another encounter, which lames report to follow it
and undoes description to do it.
- Second Gentleman. What, pray you, became of Antigonus, that carried
hence the child?
- Third Gentleman. Like an old tale still, which will have matter to
rehearse, though credit be asleep and not an ear
open. He was torn to pieces with a bear: this
avouches the shepherd's son; who has not only his
innocence, which seems much, to justify him, but a
handkerchief and rings of his that Paulina knows.
- First Gentleman. What became of his bark and his followers?
- Third Gentleman. Wrecked the same instant of their master's death and
in the view of the shepherd: so that all the
instruments which aided to expose the child were
even then lost when it was found. But O, the noble
combat that 'twixt joy and sorrow was fought in
Paulina! She had one eye declined for the loss of
her husband, another elevated that the oracle was
fulfilled: she lifted the princess from the earth,
and so locks her in embracing, as if she would pin
her to her heart that she might no more be in danger
- First Gentleman. The dignity of this act was worth the audience of
kings and princes; for by such was it acted.
- Third Gentleman. One of the prettiest touches of all and that which
angled for mine eyes, caught the water though not
the fish, was when, at the relation of the queen's
death, with the manner how she came to't bravely
confessed and lamented by the king, how
attentiveness wounded his daughter; till, from one
sign of dolour to another, she did, with an 'Alas,'
I would fain say, bleed tears, for I am sure my
heart wept blood. Who was most marble there changed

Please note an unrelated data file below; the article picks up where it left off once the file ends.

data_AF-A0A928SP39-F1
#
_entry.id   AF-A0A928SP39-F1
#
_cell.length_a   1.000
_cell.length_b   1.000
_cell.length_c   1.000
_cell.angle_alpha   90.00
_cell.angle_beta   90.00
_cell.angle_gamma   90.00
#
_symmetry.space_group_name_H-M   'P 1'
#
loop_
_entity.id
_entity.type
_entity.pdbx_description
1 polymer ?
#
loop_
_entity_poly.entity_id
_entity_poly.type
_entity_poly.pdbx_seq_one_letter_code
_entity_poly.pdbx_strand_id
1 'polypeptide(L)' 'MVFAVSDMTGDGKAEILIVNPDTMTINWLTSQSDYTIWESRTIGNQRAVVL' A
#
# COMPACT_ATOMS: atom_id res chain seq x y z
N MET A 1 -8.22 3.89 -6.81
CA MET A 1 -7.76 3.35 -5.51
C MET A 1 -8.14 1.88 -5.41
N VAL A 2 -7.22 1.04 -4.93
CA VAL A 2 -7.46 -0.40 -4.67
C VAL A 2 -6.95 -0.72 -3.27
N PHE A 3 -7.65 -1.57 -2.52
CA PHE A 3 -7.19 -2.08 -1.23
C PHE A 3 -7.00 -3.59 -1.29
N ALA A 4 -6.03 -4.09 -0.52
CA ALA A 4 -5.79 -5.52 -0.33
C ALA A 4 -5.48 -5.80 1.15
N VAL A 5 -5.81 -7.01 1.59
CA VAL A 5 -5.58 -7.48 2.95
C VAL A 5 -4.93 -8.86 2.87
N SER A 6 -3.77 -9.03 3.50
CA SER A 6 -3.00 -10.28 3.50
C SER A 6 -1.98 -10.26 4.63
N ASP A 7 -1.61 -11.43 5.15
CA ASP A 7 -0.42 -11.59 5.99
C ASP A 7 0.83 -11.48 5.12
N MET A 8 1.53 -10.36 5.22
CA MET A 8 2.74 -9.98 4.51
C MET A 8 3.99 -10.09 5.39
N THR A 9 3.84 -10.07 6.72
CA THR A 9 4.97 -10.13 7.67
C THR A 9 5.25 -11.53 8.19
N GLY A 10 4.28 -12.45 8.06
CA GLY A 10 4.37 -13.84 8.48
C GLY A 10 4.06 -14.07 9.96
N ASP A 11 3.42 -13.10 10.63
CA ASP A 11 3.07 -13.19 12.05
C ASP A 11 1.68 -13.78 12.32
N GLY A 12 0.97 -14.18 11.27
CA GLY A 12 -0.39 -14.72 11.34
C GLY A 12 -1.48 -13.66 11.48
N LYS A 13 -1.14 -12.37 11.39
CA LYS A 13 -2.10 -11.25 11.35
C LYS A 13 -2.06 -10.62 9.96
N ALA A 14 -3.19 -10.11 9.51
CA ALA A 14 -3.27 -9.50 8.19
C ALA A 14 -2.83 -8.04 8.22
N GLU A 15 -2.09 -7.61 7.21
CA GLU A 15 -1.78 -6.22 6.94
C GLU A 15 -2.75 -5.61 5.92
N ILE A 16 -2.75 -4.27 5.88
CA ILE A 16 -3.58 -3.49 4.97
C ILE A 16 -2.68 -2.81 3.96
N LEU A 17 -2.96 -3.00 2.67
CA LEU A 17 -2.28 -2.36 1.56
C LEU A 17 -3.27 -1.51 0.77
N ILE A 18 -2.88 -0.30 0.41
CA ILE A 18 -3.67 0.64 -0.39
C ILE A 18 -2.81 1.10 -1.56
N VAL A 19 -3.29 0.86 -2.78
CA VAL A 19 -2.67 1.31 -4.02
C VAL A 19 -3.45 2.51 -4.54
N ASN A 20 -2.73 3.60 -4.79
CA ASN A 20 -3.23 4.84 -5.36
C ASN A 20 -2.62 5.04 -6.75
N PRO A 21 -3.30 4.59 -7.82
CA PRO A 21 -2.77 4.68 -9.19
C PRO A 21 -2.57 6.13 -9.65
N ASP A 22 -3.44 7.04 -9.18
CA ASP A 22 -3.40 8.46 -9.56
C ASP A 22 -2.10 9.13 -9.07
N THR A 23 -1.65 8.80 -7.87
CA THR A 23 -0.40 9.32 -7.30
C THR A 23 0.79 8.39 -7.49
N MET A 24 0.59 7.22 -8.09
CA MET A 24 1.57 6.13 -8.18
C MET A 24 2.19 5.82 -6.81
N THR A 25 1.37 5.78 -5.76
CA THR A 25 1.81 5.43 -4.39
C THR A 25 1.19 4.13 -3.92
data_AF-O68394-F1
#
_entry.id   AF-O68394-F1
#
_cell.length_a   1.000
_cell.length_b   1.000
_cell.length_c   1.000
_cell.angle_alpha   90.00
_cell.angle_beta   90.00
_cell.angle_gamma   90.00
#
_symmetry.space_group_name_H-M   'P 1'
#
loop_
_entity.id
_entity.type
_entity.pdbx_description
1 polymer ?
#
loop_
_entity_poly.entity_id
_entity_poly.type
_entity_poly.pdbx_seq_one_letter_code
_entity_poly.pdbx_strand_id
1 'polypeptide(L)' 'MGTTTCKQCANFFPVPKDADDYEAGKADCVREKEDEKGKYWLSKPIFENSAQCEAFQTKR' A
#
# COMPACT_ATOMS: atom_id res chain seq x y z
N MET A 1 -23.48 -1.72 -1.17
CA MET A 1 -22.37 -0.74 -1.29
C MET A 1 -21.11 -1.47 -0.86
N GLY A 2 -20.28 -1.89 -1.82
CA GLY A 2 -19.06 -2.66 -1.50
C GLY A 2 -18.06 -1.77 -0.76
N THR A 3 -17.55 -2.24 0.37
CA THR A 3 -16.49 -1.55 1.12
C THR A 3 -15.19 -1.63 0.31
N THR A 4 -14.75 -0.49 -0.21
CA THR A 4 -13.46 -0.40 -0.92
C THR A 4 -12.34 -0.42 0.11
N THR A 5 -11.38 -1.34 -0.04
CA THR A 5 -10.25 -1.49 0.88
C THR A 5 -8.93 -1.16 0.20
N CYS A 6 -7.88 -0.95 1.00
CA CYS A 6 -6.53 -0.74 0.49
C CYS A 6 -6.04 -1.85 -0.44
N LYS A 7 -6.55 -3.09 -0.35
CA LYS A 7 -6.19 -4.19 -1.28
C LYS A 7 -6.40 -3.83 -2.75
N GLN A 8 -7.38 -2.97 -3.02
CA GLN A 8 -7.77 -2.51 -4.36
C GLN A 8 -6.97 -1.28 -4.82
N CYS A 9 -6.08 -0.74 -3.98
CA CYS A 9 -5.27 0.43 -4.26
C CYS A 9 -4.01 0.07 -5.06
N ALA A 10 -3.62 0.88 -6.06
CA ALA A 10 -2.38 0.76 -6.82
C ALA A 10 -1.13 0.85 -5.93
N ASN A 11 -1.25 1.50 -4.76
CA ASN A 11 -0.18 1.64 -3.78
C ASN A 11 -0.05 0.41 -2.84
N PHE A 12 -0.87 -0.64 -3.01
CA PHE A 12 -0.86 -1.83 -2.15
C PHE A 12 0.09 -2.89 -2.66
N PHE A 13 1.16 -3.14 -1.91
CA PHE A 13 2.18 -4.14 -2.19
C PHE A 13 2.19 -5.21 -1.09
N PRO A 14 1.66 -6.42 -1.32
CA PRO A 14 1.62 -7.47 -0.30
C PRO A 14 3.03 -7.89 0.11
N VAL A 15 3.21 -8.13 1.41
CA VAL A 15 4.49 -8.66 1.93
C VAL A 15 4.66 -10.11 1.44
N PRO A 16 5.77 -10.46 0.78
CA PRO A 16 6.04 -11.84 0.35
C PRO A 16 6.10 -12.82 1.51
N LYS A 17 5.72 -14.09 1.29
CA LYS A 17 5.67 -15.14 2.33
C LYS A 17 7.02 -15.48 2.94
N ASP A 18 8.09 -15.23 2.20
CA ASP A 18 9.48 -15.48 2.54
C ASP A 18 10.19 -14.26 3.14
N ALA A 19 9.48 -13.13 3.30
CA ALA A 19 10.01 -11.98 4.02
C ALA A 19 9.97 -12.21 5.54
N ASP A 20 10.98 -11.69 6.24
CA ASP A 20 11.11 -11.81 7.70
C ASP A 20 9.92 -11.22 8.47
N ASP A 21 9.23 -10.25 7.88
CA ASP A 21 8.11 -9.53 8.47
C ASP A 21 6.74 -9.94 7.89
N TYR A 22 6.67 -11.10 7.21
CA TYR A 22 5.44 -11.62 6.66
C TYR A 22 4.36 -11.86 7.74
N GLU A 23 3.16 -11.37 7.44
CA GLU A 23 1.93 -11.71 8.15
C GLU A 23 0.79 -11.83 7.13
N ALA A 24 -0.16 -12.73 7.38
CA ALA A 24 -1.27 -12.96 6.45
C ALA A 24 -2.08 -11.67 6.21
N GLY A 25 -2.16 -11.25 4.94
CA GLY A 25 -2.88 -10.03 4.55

colour; some swooned, all sorrowed: if all the world
could have seen 't, the woe had been universal.
- First Gentleman. Are they returned to the court?
- Third Gentleman. No: the princess hearing of her mother's statue,
which is in the keeping of Paulina,—a piece many
years in doing and now newly performed by that rare
Italian master, Julio Romano, who, had he himself
eternity and could put breath into his work, would
beguile Nature of her custom, so perfectly he is her
ape: he so near to Hermione hath done Hermione that
they say one would speak to her and stand in hope of
answer: thither with all greediness of affection
are they gone, and there they intend to sup.
- Second Gentleman. I thought she had some great matter there in hand;
for she hath privately twice or thrice a day, ever
since the death of Hermione, visited that removed
house. Shall we thither and with our company piece
- First Gentleman. Who would be thence that has the benefit of access?
every wink of an eye some new grace will be born:
our absence makes us unthrifty to our knowledge.
- Autolycus. Now, had I not the dash of my former life in me,
would preferment drop on my head. I brought the old